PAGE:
Would it be terribly wrong of me if I were to describe this game as being Monster Hunter but with demons? Not really, no! Hailing from developers ‘Omega Force’, Toukiden is uncanny in its resemblance to Monster Hunter, ignoring inspiration and going straight for imitation. This is a copycat game in every sense of the word and does very little to differentiate itself from its competition, seeming to care very little about being anything more than a mediocre hack and slash experience.
Playing as a powerful ‘slayer’ that is capable of fighting against the ‘oni’, you fight alongside other warriors as they do battle against the demons plaguing the land and threatening all life. It’s all very generic, and as such it doesn’t interest at all. To make things worse, it’s all over-complicated with characters saying too much and ‘waffling’ on and on unnecessarily. As such it feels long-winded and as much as I tried to strike an interest in the game world or plot, I found myself skipping through all lines of dialogue from very early on.
Like Monster Hunter, you spend the game going from mission to mission fighting off countless amounts of enemies across a handful of different open areas. Unfortunately the game areas feel very uninspired and aside from being visually unappealing, they are lacking in creative design, with most places feeling exactly the same as each other and offering no tactics or challenges. This lack of inspiration also carries over to the creature designs, of which are boring and fail to inject any real excitement or interest into the battles, a feat so well carried out in the Monster Hunter franchise that Toukiden tries so ‘hard’ to ape.
The missions you have to complete start off as rather simple affairs that do well to ease you into the games combat system, but before you know it the monster count and size is increased early on leading to some large-scale battles. It’s a shame then that the mission structures fail to become more interesting as the game progresses, and though the missions are bite-size enough for the game to be played in small doses and still be fun, even then the game will still become boring if players are unwilling to experiment with the games varied combat system.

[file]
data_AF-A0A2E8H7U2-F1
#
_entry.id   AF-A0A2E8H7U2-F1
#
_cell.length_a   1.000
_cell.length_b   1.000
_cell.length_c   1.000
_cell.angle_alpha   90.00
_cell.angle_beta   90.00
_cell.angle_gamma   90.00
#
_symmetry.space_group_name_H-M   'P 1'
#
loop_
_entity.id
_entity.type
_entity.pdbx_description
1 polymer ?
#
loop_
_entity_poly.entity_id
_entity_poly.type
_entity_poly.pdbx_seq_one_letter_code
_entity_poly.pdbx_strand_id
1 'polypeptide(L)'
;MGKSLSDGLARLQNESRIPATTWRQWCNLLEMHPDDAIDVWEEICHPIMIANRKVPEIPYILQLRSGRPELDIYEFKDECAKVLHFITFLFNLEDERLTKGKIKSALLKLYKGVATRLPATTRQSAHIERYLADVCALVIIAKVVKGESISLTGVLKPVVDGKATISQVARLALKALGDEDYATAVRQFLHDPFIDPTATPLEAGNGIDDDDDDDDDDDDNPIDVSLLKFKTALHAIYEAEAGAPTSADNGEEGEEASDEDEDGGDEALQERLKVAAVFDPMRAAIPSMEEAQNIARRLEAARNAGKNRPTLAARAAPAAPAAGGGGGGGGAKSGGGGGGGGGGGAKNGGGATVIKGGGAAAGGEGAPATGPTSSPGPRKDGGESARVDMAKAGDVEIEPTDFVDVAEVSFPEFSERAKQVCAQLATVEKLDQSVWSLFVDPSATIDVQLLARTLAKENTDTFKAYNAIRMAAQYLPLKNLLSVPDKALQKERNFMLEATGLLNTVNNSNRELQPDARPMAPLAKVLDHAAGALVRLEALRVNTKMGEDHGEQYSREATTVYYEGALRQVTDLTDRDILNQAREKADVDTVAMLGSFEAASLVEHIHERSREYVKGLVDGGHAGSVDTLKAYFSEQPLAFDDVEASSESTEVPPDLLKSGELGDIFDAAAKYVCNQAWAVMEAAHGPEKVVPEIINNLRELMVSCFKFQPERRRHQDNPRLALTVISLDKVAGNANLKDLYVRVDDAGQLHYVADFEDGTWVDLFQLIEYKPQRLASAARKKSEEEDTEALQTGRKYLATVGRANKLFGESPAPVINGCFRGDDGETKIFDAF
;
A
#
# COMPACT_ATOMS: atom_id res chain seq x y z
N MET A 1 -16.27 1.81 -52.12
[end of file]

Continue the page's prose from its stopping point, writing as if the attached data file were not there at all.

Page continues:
There are many different types of weapons that can be swapped in and out at will, and surprisingly they do well to spice up the gameplay and offer different play-styles and combos for the player to get accommodated with. While you do begin the game by selecting a weapon, you are in no way bound to using only that type for the rest of the game, and comprehensive weapon training is available for those willing to experiment. The combat system built around each weapon is well implemented, and while it largely fails to do anything new, it is fairly tight despite some awkward controls that can hamper your performance in the heat of battle.
The one fresh idea that the game is able to bring further adds to the combat system and allows the player to use Mitama – effectively the soul of a dead warrior to provide special abilities. Much like with the weapons, when combat starts to feel boring you can swap out the Mitama and for a brief moment the combat feels fresh again. This feature certainly isn’t ground-breaking, but it does well to break up the monotony of the missions and quests.
Annoyingly for a hack and slash game, Toukiden really does lack in a considerable amount of challenge for the player, and you will not often find yourself in any great amount of danger. In fact, the only time the player might struggle is at the beginning of the game where they are unfamiliar with the combat. Once you have gained familiarity with the combos and abilities at your disposal the game is a walk in the park. This matter is definitely not helped by the inclusion of AI controlled partners who are powerful and can withstand large amounts of damage. It is also possible to team up with other player online, further making the game easier.
Toukiden: The Age Of Demons is a game that is let-down by its utter lack of ambition in striving to be any more than its competition, instead sticking to the crowd and delivering a run-of-the-mill hack and slash RPG experience that has been done better countless times before. Omega Force has played it really safe and appears almost too scared to throw any new major ideas into the mix, with the game coming out as very stale and uninspired. While it may fill the grey void in the Vita’s game library where a Monster Hunter game has yet to appear; only massive fans of this genre are likely to enjoy it, while other gamers are better off waiting for a similar experience that challenges genre expectations and strives to break the mould.
- Combat is fun, though feels no different to other hack and slash games.
- Each weapon type is satisfying to use and offers plenty of variety.
- Totally uninspired and devoid of anything particularly new.
- The story is incredibly boring and over-complicates itself.
- The quests and missions fail to offer much variety.
- Uninspired levels and creature designs.
- Somewhat awkward controls.
- Lack of a real challenge.
Disclaimer:All scores given within our reviews are based on the artist’s personal opinion; this should in no way impede your decision to purchase the game.